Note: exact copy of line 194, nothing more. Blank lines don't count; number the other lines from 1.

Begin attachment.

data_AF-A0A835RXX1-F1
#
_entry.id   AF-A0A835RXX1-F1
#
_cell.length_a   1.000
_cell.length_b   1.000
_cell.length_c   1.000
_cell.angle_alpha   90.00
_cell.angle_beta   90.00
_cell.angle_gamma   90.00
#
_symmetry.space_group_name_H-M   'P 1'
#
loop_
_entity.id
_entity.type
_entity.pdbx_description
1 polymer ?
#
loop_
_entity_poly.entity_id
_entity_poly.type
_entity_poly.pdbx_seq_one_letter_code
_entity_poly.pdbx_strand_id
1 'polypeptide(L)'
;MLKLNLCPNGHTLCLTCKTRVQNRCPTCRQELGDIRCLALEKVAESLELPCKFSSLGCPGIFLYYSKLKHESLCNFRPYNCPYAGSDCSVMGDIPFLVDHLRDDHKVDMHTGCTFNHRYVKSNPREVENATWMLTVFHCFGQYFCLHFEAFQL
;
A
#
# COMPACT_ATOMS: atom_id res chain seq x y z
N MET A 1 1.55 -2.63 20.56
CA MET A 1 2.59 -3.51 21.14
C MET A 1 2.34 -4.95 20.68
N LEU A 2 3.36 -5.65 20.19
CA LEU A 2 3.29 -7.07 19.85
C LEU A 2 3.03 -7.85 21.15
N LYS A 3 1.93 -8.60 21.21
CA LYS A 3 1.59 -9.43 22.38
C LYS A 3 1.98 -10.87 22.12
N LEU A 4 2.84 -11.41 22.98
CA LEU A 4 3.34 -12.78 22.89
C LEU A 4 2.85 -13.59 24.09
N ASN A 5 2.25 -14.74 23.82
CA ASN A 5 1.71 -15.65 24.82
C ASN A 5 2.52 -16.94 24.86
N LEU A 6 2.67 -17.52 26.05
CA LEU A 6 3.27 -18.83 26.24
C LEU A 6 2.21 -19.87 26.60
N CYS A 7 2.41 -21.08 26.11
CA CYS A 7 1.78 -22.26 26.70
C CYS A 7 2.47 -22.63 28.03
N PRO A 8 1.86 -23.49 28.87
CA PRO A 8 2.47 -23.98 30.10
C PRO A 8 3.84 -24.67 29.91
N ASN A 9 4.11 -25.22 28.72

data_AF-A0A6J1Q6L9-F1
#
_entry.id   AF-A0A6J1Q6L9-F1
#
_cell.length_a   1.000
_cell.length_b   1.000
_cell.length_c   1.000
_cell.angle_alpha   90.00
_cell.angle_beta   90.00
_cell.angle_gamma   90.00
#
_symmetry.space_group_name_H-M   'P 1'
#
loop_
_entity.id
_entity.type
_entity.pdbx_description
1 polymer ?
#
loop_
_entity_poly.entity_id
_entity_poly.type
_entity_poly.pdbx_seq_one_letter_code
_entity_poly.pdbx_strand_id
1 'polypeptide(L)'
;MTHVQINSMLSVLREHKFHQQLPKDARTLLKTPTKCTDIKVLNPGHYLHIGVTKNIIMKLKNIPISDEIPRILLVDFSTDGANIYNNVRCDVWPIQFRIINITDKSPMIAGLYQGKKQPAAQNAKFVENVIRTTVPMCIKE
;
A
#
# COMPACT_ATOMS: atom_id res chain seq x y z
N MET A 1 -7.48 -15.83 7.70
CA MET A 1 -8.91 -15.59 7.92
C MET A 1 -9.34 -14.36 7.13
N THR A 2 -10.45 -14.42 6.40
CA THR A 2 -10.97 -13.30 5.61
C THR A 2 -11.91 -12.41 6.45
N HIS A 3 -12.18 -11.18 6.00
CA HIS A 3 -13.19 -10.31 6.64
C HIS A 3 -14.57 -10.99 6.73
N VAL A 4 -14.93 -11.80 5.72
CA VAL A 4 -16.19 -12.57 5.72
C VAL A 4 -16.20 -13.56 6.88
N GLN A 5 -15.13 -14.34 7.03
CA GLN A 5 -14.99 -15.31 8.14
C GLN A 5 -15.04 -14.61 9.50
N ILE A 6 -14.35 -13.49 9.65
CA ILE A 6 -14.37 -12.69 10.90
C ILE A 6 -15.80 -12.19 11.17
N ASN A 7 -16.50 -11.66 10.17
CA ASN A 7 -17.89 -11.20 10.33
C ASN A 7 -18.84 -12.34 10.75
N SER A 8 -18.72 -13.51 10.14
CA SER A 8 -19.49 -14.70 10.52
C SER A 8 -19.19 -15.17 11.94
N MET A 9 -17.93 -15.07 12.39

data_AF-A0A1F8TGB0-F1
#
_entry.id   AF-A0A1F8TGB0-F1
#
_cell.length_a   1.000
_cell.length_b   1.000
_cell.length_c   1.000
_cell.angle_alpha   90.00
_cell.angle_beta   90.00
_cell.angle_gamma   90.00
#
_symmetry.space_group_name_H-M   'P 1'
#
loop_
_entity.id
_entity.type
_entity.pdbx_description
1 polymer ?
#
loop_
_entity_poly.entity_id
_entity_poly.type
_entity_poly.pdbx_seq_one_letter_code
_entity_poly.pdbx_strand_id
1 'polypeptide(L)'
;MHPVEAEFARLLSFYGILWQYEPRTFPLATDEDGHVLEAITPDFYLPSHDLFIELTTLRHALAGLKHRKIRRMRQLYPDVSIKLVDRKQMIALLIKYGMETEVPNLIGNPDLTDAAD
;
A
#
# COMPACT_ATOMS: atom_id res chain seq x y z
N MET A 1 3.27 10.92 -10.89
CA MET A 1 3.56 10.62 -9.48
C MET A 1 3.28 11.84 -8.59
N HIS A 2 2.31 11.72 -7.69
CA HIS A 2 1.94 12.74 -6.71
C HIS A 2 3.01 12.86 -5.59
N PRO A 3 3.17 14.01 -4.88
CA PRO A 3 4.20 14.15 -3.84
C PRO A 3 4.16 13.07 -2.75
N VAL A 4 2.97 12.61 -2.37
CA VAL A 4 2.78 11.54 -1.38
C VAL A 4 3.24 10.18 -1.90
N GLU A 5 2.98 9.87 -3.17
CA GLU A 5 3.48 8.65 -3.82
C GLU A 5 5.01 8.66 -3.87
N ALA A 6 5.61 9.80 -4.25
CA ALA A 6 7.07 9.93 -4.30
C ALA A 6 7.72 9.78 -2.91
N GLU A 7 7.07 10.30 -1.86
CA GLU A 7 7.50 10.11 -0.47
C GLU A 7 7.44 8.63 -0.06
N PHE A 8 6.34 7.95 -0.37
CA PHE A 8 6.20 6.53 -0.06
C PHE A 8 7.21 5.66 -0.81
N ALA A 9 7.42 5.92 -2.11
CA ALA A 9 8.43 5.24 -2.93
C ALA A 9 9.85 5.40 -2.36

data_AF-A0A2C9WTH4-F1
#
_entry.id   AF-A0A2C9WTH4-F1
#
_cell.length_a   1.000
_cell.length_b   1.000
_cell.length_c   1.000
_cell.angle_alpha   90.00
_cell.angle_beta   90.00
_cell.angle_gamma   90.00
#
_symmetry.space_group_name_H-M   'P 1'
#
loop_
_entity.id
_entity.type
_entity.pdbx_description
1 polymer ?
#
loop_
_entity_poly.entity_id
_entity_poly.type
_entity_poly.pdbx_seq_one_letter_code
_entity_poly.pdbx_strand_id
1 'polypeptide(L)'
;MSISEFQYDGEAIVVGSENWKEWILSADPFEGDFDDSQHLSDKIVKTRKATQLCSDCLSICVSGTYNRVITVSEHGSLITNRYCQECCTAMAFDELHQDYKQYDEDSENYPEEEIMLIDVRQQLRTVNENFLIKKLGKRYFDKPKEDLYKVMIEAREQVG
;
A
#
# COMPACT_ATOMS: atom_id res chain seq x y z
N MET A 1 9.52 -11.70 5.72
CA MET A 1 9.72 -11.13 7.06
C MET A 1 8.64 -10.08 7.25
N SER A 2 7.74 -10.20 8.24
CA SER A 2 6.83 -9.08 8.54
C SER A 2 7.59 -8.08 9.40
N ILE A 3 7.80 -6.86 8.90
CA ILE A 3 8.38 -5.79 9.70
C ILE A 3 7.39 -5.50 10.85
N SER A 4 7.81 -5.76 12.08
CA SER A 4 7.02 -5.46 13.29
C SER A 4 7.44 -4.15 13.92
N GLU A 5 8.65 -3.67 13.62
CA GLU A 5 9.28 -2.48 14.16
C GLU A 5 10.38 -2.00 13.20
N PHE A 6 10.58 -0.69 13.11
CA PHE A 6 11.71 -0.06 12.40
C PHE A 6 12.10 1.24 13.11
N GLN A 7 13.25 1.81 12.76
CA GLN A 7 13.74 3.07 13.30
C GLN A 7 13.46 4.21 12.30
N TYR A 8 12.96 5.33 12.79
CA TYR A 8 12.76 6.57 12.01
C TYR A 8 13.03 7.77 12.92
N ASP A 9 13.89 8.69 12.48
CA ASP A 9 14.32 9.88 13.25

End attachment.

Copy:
;